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y= 8x^3 , y=0 , x=1 , about x=2

 

Not sure how but I got the volume to equal 0 so I clearly did something wrong.

 May 3, 2019

Best Answer 

 #1
avatar+120 
+3

For this question, integrating with respect to y is the way to go >:]

 

Defining R and r

If we have a general volume with the vertical axis of revolution being x = c with the formula \(\int_{a}^{b} \pi*R^2 - \pi*r^2 dy \), we can define \(R = (c - g(y))^2\) and \(r = (c - f(y))^2\)

However, in this case, r stays a constant value of 1 distance away from x = 2, so \(r = 1\)

Now we should define our outer function, \(y = 8x^3\), in terms of y to be g(y).

\(y = 8x^3 \rightarrow \frac{y}{8}=x^3 \rightarrow \sqrt[3]{\frac{y}{8}}=x\) or more simply \(g(y) = \frac{\sqrt[3]{y}}{2}\)

Therefore, \(R = \pi*(2 - \frac{\sqrt[3]{y}}{2})^2\)

 

Finding Bounds of Integration

Our original x defined bounds of integration were [0,1], so let's redefine with our new g(y) equation set to 0 and 1.

\(0 = \frac{\sqrt[3]{y}}{2} \rightarrow y = 0\) and \(1 = \frac{\sqrt[3]{y}}{2} \rightarrow 2 = \sqrt[3]{y} \rightarrow y=8\)

So, our new bounds of integration are [0,8].

 

Computing the Integral

Our integral then becomes \(\int_{0}^{8} \pi(2 - \frac{\sqrt[3]{y}}{2})^2 - \pi dy\). I'm a little too lazy to work out the integral in LaTeX right now lol so \(\int_{0}^{8} \pi(2 - \frac{\sqrt[3]{y}}{2})^2 - \pi dy = 15.0796\)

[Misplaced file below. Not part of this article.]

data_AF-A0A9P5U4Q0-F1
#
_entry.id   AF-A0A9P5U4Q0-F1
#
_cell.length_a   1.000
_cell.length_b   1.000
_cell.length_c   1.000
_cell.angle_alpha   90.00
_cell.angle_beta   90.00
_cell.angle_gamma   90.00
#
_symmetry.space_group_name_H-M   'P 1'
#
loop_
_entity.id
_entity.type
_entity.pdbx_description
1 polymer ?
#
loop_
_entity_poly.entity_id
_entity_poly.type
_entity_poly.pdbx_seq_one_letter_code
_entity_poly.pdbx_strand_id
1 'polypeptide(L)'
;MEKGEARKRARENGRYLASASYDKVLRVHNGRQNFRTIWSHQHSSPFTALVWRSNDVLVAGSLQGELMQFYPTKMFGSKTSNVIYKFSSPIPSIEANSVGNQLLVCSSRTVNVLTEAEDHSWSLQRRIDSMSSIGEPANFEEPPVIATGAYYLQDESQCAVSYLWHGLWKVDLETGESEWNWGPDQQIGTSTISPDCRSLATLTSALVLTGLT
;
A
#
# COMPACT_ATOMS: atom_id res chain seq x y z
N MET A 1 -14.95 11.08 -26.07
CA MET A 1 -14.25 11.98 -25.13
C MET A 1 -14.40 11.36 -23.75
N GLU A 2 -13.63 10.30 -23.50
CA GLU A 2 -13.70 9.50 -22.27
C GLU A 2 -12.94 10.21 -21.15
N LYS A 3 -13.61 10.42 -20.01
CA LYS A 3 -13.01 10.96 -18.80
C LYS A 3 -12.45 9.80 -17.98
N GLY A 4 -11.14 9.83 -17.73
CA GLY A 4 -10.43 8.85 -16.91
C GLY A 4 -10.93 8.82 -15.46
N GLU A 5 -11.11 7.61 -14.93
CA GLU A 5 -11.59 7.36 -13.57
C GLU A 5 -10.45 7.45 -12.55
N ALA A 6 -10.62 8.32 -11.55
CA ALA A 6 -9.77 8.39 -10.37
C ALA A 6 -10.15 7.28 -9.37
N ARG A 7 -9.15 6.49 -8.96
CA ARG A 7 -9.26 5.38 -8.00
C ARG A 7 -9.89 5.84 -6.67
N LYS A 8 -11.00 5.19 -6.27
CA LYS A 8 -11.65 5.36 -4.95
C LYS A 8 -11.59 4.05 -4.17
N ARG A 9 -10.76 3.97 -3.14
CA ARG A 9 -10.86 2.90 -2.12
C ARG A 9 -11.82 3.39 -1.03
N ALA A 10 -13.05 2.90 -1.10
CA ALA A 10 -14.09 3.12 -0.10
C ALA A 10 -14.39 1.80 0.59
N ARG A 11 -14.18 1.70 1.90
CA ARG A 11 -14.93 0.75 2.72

.
 May 3, 2019
edited by Anthrax  May 3, 2019
 #1
avatar+120 
+3
Best Answer

For this question, integrating with respect to y is the way to go >:]

 

Defining R and r

If we have a general volume with the vertical axis of revolution being x = c with the formula \(\int_{a}^{b} \pi*R^2 - \pi*r^2 dy \), we can define \(R = (c - g(y))^2\) and \(r = (c - f(y))^2\)

However, in this case, r stays a constant value of 1 distance away from x = 2, so \(r = 1\)

Now we should define our outer function, \(y = 8x^3\), in terms of y to be g(y).

\(y = 8x^3 \rightarrow \frac{y}{8}=x^3 \rightarrow \sqrt[3]{\frac{y}{8}}=x\) or more simply \(g(y) = \frac{\sqrt[3]{y}}{2}\)

Therefore, \(R = \pi*(2 - \frac{\sqrt[3]{y}}{2})^2\)

 

Finding Bounds of Integration

Our original x defined bounds of integration were [0,1], so let's redefine with our new g(y) equation set to 0 and 1.

\(0 = \frac{\sqrt[3]{y}}{2} \rightarrow y = 0\) and \(1 = \frac{\sqrt[3]{y}}{2} \rightarrow 2 = \sqrt[3]{y} \rightarrow y=8\)

So, our new bounds of integration are [0,8].

 

Computing the Integral

Our integral then becomes \(\int_{0}^{8} \pi(2 - \frac{\sqrt[3]{y}}{2})^2 - \pi dy\). I'm a little too lazy to work out the integral in LaTeX right now lol so \(\int_{0}^{8} \pi(2 - \frac{\sqrt[3]{y}}{2})^2 - \pi dy = 15.0796\)

Anthrax May 3, 2019
edited by Anthrax  May 3, 2019
 #2
avatar+322 
+1

Thank you.  Whenever the object is rotating around an axis that's not the x-axis or y-axis I always get confused.

Ruublrr  May 3, 2019

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